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Tribal Energy and Environmental Information Clearinghouse: Environmental resources for tribal energy development
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Biomass Energy Construction: Resource Requirements and Impact Sources

Most land-disturbing activities would occur during the construction phase. Construction of a biomass energy project would affect the entire project area.

Construction would affect the entire project area temporarily and include activities such as clearing; construction of access and on-site roads and rail spurs; preparation and use of material and equipment laydown areas; construction of the electrical substation, central biomass power or biofuel building, ancillary buildings, cooling systems, and storage silos and tanks; and installation of utilities. Concrete ingredients (sand and aggregate) may also need to be extracted and hauled to the site.

The following factors could affect whether an environmental impact could occur at a biomass energy facility and whether it would be considered an adverse effect:

  • Acreage — The biomass power plant or biofuel facility site would encompass a range of a few acres to several hundred acres. Temporary disturbance (3 to 100 acres) would occur during construction of the main plant and ancillary facilities, such as cooling towers and storage tanks. Acreage for access roads would vary by project depending on project location. Landfills vary from tens of acres up to several thousand acres (the largest landfill that is currently being used for biogas generation and recovery, the former Fresh Kills Landfill, Staten Island, New York, is about 2,900 acres). Algal production in ponds is still in the development stage, but a series of "racetrack" ponds covering hundreds of acres are being considered.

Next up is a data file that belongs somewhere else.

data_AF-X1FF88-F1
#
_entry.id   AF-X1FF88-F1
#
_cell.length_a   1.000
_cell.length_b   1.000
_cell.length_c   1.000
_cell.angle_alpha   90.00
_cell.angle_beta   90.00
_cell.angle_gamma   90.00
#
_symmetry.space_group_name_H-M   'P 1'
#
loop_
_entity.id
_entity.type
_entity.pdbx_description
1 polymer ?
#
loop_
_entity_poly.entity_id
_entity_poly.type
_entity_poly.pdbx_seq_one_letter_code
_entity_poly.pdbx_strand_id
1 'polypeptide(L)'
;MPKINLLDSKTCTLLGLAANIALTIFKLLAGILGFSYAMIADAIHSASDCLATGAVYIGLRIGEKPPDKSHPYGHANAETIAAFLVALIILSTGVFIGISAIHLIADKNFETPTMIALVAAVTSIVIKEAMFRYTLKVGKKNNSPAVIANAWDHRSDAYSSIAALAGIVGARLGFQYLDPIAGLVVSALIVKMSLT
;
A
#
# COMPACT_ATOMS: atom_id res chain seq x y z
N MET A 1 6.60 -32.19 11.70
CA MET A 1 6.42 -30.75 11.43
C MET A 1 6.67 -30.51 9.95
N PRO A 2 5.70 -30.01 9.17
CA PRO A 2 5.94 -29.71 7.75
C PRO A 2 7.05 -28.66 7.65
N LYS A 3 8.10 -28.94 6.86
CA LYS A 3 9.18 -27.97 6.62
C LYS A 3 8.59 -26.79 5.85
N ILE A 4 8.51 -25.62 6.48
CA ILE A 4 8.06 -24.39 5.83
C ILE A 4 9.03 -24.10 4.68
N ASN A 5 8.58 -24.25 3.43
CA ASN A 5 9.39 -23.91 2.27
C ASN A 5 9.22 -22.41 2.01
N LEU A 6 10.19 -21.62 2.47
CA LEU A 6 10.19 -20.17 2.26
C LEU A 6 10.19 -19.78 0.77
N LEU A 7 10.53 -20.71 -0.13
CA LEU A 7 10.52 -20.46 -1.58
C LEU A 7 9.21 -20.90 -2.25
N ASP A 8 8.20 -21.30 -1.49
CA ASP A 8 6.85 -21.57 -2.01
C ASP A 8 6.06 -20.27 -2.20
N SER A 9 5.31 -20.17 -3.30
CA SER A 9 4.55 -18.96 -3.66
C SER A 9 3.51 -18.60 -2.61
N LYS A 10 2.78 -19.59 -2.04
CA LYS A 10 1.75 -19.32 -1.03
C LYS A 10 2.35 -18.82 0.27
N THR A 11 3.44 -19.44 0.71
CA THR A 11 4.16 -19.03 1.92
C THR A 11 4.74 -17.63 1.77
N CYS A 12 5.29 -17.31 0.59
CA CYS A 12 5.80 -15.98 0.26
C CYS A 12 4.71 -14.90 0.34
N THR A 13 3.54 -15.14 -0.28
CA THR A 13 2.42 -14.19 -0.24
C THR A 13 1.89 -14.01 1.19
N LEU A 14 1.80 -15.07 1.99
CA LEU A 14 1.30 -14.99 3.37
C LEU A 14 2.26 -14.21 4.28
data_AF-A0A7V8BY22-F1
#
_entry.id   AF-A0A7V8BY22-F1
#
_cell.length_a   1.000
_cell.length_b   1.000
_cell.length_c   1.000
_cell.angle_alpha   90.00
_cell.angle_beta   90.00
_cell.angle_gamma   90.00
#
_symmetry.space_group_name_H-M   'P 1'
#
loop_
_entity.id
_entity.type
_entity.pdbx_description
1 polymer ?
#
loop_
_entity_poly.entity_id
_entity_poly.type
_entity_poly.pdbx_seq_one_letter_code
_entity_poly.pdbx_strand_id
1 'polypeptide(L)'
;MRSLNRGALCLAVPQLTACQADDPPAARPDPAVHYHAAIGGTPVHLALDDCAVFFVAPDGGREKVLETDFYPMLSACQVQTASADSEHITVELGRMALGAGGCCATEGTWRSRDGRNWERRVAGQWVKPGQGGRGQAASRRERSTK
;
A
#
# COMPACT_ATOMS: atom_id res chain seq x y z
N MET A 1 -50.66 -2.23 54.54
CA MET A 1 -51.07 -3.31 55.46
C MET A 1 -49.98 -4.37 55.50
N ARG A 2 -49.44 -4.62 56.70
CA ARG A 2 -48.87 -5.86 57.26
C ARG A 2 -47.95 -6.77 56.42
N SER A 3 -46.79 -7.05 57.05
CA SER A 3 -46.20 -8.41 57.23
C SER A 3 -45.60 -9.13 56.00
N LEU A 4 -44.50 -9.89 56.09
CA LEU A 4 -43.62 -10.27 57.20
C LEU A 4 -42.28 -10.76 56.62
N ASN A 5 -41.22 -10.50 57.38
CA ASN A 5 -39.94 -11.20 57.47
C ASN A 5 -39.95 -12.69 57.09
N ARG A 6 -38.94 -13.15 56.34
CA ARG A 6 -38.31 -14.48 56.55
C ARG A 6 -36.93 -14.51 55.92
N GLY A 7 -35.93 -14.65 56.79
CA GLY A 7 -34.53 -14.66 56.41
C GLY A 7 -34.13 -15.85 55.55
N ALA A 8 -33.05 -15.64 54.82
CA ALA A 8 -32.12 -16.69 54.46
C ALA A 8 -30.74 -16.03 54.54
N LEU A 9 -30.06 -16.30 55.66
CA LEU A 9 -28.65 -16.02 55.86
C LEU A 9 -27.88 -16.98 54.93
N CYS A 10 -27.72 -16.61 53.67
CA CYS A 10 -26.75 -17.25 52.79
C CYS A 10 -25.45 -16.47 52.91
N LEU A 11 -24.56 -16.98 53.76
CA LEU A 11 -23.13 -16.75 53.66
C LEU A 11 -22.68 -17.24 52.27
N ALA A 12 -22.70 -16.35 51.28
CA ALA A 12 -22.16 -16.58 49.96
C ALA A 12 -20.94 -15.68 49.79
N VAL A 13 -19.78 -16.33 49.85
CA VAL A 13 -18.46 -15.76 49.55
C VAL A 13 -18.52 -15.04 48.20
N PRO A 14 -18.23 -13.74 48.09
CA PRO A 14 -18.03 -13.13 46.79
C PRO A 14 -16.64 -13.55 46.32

• Emissions — Construction activities would produce fugitive dust, vehicular and equipment emissions, and volatile organic compounds from storage and the use of fuels for equipment.
  • Waste Generation — Industrial wastes routinely associated with industrial facility construction activities (waste oils, lubricants, and coolants from the on-site maintenance of construction vehicles and equipment; spent solvents; cleaning agents; paints; small amounts of wastewater) and solid wastes, such as containers and packaging materials.
  • Water Needs — Construction activities would require water for fugitive dust control (depending on local conditions) and making concrete, potable water for construction crews, and fire-fighting.
  • Workforce — Workforce size varies but could require as many as 80 to 500 individuals during the peak period of construction. The general construction crew would be relatively constant throughout the construction phase. Typically, none of the workforce would reside on site, but minimal support facilities might be required for weather contingencies.
  • Time and Materials — Construction of a biomass facility would occur over a period of about 12 to 30 months.
  • Utility Requirements — Utility requirements would vary depending on location; the use of on-site generators is possible.